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Climate Change: Coal Emissions Impacts us All

It is almost four years ago to the day that people in the North Country experienced something unusual.

When residents went outside they were greeted by a haze that smelled like smoke. And smoke it was.

There were over a 100 wildfires burning in southern Quebec, starting in late May 2010, and the winds were blowing it directly into northern New York and the New England region. Over 220,000 acres were involved. See NOAA map of this northeast region showing dark spots [upper left] for the fire locations in Quebec and the plumes of smoke of varying intensity covering portions of the northeast.

See photo [courtesy of Boston.com] of sailboats in a hazy Boston Harbor on May 31, 2010 with the Prudential Building in the background.

What made this event of interest to scientists was the opportunity to look at long- distance transport and composition of volatilized material from those forest fires. Some of this information appeared in apublication in the American Chemical Society journal Environmental Science & Technology 2010, 44[22], pp 8435-8440 in October 2010. The authors were from the Center for Air Resource Engineering and Science and the Department of Civil and Environmental Engineering both at Clarkson University Potsdam, New York.

The results showed an 18 fold increase in the PM 2.5 , small particles that penetrate deep into the lungs and significant increases in mercury [Hg] levels among other measurements. This mercury was in the gaseous form as well as attached to particulates carried by the winds.

Where did this mercury, a potent neurotoxin, come from?

This issue is a perfect example of an externality. In addition to mercury, coal also contains Arsenic, Selenium and other toxic components. When burned these are carried downwind and deposited everywhere.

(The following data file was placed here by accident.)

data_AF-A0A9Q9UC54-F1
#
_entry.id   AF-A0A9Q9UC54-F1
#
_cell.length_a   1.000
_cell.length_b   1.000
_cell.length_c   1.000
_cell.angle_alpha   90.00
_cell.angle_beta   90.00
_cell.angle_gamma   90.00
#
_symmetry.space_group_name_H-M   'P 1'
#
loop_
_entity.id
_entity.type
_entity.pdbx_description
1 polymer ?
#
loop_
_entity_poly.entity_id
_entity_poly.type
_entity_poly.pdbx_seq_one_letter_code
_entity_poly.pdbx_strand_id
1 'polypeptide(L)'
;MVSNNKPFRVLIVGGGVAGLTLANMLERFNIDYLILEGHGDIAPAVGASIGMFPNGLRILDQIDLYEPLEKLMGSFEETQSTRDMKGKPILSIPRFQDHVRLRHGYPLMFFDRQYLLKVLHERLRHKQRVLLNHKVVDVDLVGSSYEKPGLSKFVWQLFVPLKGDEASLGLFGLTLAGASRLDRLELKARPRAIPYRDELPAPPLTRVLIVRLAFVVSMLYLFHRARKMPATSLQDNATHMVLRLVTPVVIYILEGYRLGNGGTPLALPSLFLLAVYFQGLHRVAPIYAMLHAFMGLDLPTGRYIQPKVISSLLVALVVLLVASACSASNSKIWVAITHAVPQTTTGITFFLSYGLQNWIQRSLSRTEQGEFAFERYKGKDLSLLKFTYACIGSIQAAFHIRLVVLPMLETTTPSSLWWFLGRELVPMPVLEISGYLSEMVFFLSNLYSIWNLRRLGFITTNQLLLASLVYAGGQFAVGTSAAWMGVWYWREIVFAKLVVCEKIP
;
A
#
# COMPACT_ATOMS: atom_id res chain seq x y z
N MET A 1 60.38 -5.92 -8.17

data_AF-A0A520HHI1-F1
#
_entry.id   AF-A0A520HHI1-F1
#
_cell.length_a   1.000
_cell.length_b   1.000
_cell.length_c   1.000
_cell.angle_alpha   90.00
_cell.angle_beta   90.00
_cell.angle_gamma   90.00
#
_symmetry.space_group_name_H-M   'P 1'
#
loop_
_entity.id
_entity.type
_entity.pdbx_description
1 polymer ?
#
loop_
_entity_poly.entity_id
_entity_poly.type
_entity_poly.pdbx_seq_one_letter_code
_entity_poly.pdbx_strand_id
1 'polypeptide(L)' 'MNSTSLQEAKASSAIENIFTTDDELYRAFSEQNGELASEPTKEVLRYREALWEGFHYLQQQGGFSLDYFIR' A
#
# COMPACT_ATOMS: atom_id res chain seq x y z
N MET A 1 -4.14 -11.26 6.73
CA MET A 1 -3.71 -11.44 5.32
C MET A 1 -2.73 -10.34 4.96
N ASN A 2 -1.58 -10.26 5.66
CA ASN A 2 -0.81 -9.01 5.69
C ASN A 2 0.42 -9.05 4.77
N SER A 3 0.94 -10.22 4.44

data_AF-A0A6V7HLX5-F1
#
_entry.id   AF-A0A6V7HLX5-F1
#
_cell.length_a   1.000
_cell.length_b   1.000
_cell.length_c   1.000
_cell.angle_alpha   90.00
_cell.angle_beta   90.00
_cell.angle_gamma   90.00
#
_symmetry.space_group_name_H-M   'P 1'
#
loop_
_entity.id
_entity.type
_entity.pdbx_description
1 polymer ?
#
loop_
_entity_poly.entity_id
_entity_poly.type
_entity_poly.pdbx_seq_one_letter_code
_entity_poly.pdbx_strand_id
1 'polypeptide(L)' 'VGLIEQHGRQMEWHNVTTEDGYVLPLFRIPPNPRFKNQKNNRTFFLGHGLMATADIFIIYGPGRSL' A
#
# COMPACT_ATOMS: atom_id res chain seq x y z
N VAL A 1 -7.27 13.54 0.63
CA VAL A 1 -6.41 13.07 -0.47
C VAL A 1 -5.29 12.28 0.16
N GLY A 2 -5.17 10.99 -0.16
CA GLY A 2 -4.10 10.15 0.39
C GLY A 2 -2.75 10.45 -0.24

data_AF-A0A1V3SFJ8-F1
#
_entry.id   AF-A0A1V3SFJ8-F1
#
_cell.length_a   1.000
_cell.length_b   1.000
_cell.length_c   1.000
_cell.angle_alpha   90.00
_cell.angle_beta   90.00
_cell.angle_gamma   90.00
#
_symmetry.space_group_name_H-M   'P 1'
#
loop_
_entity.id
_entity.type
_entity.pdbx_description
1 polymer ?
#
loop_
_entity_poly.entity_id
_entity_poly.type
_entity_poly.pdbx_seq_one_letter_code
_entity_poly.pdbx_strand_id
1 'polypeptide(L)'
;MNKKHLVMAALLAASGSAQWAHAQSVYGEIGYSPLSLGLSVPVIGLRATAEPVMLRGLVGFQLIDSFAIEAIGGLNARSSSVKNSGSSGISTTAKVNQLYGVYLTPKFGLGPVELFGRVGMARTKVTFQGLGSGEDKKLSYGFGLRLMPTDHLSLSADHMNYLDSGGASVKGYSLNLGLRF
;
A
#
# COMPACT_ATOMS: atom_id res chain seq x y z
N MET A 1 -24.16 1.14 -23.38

The cost of electricity from coal does not take into account the potent toxins released into our environment that impact humans and other parts of the ecosystem. This includes fish with restrictions on consumption because they contain too much mercury.

We are all part of a whole and what happens seemingly far away, has an impact elsewhere. This is part of the social cost of carbon we all incur, even if we use energy sources other than coal.

For many decades Ontario, the most populous Canadian province, burned large amounts of coal to generate electricity as well as to power their extensive mining industry. [According to Statistics Canada 2013-01-04, the Province of Quebec does not burn coal.]

Recognizing these health hazards, along with the impact of emitting large amounts of the greenhouse gas, carbon dioxide, on the climate, Ontario took steps to stop burning coal. They will achieve their goal by year-end 2014, and become the first large government entity in North America to fully eliminate coal as a source of electricity generation.

“Ontario’s policies have made them ... a North American leader in renewable energy and created a strong green energy manufacturing sector” [North American Windpower May 2014 Volume 11 No. 5.]

Ontario has 18.5 gigawatts [GW] of renewable energy online or planned. This includes more than 9.5 GW of solar, wind and bioenergy [the balance is hydro]. In about a decade their wind industry has grown from just 10 wind turbines to more than 1,200 today.

Their remaining energy needs are met by gas and nuclear. As Ontario moves beyond coal they plan to continue development of renewable power.

The 800,000 year CO 2 Concentration chart “We Are Here” captures the heart of the issue. Levels of this greenhouse gas have not been this high since long before humans walked this planet.

The AAAS [American Association for the Advancement of Science], the premier science based organization in the United States, is now getting involved in a policy debate with an unprecedented
urgency in their voice:

"... we consider it our responsibility as professionals to ensure, to the best of our ability, that people
understand what we know: human-caused climate change is happening, we face risks of abrupt,
unpredictable and potentially irreversible changes, and responding now will lower the risks and costs of
taking action."

... “Americans must act swiftly to reduce greenhouse emissions – and lower the risks of leaving a climate
catastrophe for future generations.”